Obama to seek federal power over insurers
President Obama on Monday will propose giving the federal government new power to block excessive rate increases by health-insurance companies...
The New York Times
WASHINGTON — President Obama on Monday will propose giving the federal government new power to block excessive rate increases by health-insurance companies, as he rolls out comprehensive legislation to revamp the nation's health-care system, White House officials said.
The president attempts to bridge differences between bills adopted by the House and Senate late last year, and to frame his debate with Republicans over health policy at a televised "summit" meeting Thursday.
By focusing on the effort to tighten regulation of insurance costs, a new element not included in either the House or Senate bills, Obama is seizing on outrage over recent premium increases of up to 39 percent announced by Anthem Blue Cross of California and moving to portray the Democrats' health overhaul as a way to protect Americans from predatory insurers.
Congressional Republicans long have denounced the Democrats' legislation as a "government takeover" of health care. While they will likely resist any expansion of federal authority over existing state regulators, they will face a tough balancing act at the meeting with the president to avoid appearing as if they are willing to allow steep premium increases such as those by Anthem.
GOP leaders had not formally accepted the president's invitation, but Senate Republican leader Mitch McConnell of Kentucky said Sunday he would attend.
The president's new provision seemed to offer Republicans an opening for a new line of criticism — that Obama and Democrats are anticipating the possibility of hefty price increases for health insurance even after their big legislation is adopted.
The White House has held details of Obama's bill extremely tight, leaving even top Democrats in Congress anxiously awaiting the text to be released Monday. But administration officials said the proposal would incorporate legislation unveiled last week by Sen. Dianne Feinstein, D-Calif., in response to the Anthem increases.
Anthem, California's largest for-profit insurer, has announced premium increases for nearly 700,000 customers, citing the soaring costs of medical care and the effects of a weak economy in which many younger and healthier people are dropping insurance. The Obama administration has sought to portray the situation as a warning of what could happen to many more Americans if Congress does not act to overhaul the health system.
The president's proposal would grant the federal health and human services secretary new authority to review — and block — premium increases by private insurers, potentially superseding state insurance regulators. The bill would create a new Health Insurance Rate Authority, composed of health-industry experts, that would issue an annual report setting parameters for reasonable rate increases based on conditions in the market.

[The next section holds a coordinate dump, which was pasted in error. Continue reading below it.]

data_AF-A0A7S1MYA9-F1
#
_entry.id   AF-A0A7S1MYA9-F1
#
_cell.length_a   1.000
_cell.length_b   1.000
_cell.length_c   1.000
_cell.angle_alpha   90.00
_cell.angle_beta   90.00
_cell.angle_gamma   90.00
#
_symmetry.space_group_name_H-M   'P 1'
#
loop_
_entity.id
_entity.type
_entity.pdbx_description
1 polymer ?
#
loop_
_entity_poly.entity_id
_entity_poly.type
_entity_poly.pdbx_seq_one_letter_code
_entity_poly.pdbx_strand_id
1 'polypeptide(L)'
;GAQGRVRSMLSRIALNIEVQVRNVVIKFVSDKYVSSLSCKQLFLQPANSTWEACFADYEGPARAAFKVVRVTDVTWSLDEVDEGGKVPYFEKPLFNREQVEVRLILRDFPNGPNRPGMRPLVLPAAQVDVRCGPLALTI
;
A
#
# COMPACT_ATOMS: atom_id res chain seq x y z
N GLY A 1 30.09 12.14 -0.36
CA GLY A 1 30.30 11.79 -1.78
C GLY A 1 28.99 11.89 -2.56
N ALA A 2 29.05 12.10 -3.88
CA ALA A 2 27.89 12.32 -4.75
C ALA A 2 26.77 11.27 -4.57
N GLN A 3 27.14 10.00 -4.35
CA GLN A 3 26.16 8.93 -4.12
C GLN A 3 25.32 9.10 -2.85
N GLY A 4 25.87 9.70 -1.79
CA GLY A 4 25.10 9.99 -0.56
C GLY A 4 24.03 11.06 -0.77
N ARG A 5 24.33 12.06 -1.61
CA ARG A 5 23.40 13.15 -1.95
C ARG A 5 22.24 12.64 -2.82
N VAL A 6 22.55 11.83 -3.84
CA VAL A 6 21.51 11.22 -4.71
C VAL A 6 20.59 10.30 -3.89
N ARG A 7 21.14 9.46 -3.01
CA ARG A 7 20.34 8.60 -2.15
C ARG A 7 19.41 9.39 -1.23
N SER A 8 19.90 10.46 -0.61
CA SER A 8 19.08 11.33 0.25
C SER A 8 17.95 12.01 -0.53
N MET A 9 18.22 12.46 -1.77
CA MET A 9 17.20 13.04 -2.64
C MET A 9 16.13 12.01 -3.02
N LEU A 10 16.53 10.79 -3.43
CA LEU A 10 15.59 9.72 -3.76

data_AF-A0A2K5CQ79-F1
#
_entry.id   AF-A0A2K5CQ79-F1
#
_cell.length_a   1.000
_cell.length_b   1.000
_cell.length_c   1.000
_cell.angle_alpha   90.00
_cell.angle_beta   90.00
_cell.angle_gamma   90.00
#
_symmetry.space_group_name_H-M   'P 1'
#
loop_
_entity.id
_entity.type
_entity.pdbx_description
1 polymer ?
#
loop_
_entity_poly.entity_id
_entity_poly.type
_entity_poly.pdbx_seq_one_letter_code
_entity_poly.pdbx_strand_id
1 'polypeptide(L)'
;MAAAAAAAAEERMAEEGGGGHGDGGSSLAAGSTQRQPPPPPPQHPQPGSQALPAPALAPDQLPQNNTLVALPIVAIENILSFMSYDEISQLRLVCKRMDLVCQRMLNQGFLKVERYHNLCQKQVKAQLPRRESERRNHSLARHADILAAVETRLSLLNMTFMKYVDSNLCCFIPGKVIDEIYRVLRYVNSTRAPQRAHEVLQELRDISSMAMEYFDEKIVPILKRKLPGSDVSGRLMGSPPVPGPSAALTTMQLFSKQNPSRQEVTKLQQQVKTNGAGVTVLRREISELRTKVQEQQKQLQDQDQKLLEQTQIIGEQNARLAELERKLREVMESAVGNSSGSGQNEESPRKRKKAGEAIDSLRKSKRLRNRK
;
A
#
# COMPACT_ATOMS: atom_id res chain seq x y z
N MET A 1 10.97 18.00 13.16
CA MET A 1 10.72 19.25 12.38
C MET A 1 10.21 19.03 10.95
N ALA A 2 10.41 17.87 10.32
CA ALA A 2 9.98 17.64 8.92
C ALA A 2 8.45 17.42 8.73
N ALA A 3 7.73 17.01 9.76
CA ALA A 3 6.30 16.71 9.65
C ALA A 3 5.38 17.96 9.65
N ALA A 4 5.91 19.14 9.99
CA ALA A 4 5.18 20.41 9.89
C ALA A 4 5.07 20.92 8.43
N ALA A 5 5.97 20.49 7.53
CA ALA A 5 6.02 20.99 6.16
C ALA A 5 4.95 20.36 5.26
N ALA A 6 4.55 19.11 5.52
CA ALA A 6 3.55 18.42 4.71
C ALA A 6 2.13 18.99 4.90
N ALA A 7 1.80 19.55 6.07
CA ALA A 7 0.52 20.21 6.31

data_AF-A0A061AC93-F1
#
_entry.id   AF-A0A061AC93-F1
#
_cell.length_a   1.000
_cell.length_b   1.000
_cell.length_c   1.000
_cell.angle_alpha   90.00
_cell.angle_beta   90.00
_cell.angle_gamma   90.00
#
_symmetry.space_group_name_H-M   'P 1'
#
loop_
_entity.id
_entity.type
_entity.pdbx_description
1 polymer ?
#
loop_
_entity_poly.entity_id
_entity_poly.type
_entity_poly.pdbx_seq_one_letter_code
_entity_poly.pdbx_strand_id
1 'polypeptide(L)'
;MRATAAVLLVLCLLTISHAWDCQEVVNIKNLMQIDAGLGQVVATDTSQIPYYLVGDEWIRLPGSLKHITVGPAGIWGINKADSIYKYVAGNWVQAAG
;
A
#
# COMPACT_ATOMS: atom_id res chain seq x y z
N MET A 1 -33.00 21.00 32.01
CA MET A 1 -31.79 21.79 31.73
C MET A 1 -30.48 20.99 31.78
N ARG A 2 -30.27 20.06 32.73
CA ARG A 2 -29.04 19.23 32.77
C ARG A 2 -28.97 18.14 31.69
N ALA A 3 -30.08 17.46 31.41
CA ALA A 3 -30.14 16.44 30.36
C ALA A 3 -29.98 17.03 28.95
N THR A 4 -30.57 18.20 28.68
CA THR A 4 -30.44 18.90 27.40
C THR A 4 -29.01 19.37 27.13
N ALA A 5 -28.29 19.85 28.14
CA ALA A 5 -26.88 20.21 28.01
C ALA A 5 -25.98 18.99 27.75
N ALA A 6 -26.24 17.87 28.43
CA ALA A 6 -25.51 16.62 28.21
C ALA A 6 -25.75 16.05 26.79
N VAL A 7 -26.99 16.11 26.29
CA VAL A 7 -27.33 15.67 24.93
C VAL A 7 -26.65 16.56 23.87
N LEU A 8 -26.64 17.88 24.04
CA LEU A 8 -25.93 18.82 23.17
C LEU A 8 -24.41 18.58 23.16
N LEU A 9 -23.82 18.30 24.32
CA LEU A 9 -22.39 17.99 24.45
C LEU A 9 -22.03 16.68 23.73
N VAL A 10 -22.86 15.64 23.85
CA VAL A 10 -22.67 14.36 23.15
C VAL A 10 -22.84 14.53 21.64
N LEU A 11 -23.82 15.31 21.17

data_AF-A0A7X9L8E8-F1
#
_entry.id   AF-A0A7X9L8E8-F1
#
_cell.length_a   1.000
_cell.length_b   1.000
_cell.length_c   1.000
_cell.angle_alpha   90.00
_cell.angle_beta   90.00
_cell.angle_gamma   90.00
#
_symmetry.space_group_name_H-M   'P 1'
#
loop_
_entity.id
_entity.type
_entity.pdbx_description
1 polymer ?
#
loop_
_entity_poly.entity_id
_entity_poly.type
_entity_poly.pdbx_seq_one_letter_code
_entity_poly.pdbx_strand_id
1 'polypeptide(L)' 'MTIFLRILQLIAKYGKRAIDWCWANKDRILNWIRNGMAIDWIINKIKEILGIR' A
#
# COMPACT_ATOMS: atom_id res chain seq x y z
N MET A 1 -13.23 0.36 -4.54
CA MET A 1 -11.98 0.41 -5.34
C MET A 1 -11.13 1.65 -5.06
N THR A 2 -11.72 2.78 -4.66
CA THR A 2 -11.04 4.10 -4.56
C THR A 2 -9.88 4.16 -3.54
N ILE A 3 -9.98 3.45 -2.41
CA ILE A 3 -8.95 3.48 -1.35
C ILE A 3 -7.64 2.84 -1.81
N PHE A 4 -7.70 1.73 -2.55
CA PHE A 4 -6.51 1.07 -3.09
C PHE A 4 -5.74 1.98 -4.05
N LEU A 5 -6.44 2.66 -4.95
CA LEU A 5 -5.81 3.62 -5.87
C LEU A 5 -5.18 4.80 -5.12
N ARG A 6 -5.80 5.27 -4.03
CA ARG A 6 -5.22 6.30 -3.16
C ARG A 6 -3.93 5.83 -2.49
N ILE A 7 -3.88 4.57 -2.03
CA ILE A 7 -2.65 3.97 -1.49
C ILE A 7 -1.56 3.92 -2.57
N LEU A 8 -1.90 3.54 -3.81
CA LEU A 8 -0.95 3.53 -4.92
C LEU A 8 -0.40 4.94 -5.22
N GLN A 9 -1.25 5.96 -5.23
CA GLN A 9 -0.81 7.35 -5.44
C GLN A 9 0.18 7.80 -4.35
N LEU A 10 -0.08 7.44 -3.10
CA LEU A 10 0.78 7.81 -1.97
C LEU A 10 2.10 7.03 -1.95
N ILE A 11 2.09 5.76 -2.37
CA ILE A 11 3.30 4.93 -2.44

The legislation would call on the secretary of health and human services to work with state regulators to develop an annual review of rate increases. If increases are deemed "unjustified," the secretary or the state could block the increase, order the insurer to change it, or even issue a rebate to beneficiaries. States would be eligible for a portion of $250 million in grants to finance premium review and approval.
The new rate board would have seven members, including consumer representatives, an insurance-industry representative, a physician and other experts such as health economists and actuaries, the White House said. An annual report would offer guidance to the public and states on whether rate increases should be approved.
But it is unclear if the new powers or the rate board would have much long-term impact. The legislation ultimately seeks to sharply curtail the existing individual insurance market in which companies such as Anthem Blue Cross now sell policies.
Instead, such policies would be regulated heavily by the federal government and sold through new insurance exchanges, where consumers could choose policies that fit their needs best.
The president's bill, like the measures adopted by the House and Senate, is expected to require most Americans to obtain insurance, and would provide new federal subsidies to help moderate-income people afford to buy private coverage.
And though Americans have heard officials in both parties talk for nearly a year about "President Obama's health-care plan," the legislation unveiled Monday actually will be the first comprehensive proposal put forward by the White House.
Feinstein, in an interview Sunday night, pointed to the $12.2 billion in profits reaped by the five biggest private insurers in 2009. "When you look at the profits in '09," she said, "up 56 percent over the year before, you begin to understand that something is going on that is not in the interests of the American people."
Feinstein said only 25 states allow their insurance commissioners to regulate rates and that California is not one of them.